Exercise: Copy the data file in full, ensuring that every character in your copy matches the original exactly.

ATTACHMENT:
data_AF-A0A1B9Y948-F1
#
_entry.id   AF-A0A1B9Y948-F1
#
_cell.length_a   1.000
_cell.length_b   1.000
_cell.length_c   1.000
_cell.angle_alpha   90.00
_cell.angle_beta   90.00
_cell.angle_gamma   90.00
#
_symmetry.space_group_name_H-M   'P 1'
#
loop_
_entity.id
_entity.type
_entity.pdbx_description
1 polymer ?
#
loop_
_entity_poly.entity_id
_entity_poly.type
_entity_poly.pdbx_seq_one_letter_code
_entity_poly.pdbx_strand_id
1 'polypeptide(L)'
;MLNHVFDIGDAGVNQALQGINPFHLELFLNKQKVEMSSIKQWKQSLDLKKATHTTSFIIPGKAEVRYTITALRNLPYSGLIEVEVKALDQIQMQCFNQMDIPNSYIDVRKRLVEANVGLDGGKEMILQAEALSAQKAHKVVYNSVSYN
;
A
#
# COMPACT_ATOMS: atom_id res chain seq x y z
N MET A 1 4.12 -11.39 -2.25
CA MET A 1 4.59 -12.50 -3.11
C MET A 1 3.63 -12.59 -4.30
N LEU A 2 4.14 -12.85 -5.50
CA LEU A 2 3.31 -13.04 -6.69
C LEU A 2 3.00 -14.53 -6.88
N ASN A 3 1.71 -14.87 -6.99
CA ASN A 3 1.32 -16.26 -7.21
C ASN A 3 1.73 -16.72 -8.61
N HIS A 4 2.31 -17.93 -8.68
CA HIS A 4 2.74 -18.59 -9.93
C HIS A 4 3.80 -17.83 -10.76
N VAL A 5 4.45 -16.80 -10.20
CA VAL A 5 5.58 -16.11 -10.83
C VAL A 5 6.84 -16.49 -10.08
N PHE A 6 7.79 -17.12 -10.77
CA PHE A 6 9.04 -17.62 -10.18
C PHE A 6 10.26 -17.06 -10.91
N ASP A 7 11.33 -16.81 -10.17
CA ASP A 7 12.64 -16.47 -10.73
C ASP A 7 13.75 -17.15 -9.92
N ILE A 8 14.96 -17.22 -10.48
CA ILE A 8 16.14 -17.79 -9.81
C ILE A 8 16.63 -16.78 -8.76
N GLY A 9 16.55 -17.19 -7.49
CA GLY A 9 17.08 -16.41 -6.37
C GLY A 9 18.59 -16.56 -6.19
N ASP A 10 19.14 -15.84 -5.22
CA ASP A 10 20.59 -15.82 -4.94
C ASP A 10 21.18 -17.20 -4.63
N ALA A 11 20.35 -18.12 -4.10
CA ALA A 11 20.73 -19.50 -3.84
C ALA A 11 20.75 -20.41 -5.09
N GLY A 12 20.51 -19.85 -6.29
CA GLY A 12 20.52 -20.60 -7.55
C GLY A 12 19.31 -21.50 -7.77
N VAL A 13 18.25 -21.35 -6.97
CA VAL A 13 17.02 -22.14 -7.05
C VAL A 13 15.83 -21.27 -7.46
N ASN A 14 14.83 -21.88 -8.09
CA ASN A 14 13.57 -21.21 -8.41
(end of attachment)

data_AF-A0A1B9Y948-F1
#
_entry.id   AF-A0A1B9Y948-F1
#
_cell.length_a   1.000
_cell.length_b   1.000
_cell.length_c   1.000
_cell.angle_alpha   90.00
_cell.angle_beta   90.00
_cell.angle_gamma   90.00
#
_symmetry.space_group_name_H-M   'P 1'
#
loop_
_entity.id
_entity.type
_entity.pdbx_description
1 polymer ?
#
loop_
_entity_poly.entity_id
_entity_poly.type
_entity_poly.pdbx_seq_one_letter_code
_entity_poly.pdbx_strand_id
1 'polypeptide(L)'
;MLNHVFDIGDAGVNQALQGINPFHLELFLNKQKVEMSSIKQWKQSLDLKKATHTTSFIIPGKAEVRYTITALRNLPYSGLIEVEVKALDQIQMQCFNQMDIPNSYIDVRKRLVEANVGLDGGKEMILQAEALSAQKAHKVVYNSVSYN
;
A
#
# COMPACT_ATOMS: atom_id res chain seq x y z
N MET A 1 4.12 -11.39 -2.25
CA MET A 1 4.59 -12.50 -3.11
C MET A 1 3.63 -12.59 -4.30
N LEU A 2 4.14 -12.85 -5.50
CA LEU A 2 3.31 -13.04 -6.69
C LEU A 2 3.00 -14.53 -6.88
N ASN A 3 1.71 -14.87 -6.99
CA ASN A 3 1.32 -16.26 -7.21
C ASN A 3 1.73 -16.72 -8.61
N HIS A 4 2.31 -17.93 -8.68
CA HIS A 4 2.74 -18.59 -9.93
C HIS A 4 3.80 -17.83 -10.76
N VAL A 5 4.45 -16.80 -10.20
CA VAL A 5 5.58 -16.11 -10.83
C VAL A 5 6.84 -16.49 -10.08
N PHE A 6 7.79 -17.12 -10.77
CA PHE A 6 9.04 -17.62 -10.18
C PHE A 6 10.26 -17.06 -10.91
N ASP A 7 11.33 -16.81 -10.17
CA ASP A 7 12.64 -16.47 -10.73
C ASP A 7 13.75 -17.15 -9.92
N ILE A 8 14.96 -17.22 -10.48
CA ILE A 8 16.14 -17.79 -9.81
C ILE A 8 16.63 -16.78 -8.76
N GLY A 9 16.55 -17.19 -7.49
CA GLY A 9 17.08 -16.41 -6.37
C GLY A 9 18.59 -16.56 -6.19
N ASP A 10 19.14 -15.84 -5.22
CA ASP A 10 20.59 -15.82 -4.94
C ASP A 10 21.18 -17.20 -4.63
N ALA A 11 20.35 -18.12 -4.10
CA ALA A 11 20.73 -19.50 -3.84
C ALA A 11 20.75 -20.41 -5.09
N GLY A 12 20.51 -19.85 -6.29
CA GLY A 12 20.52 -20.60 -7.55
C GLY A 12 19.31 -21.50 -7.77
N VAL A 13 18.25 -21.35 -6.97
CA VAL A 13 17.02 -22.14 -7.05
C VAL A 13 15.83 -21.27 -7.46
N ASN A 14 14.83 -21.88 -8.09
CA ASN A 14 13.57 -21.21 -8.41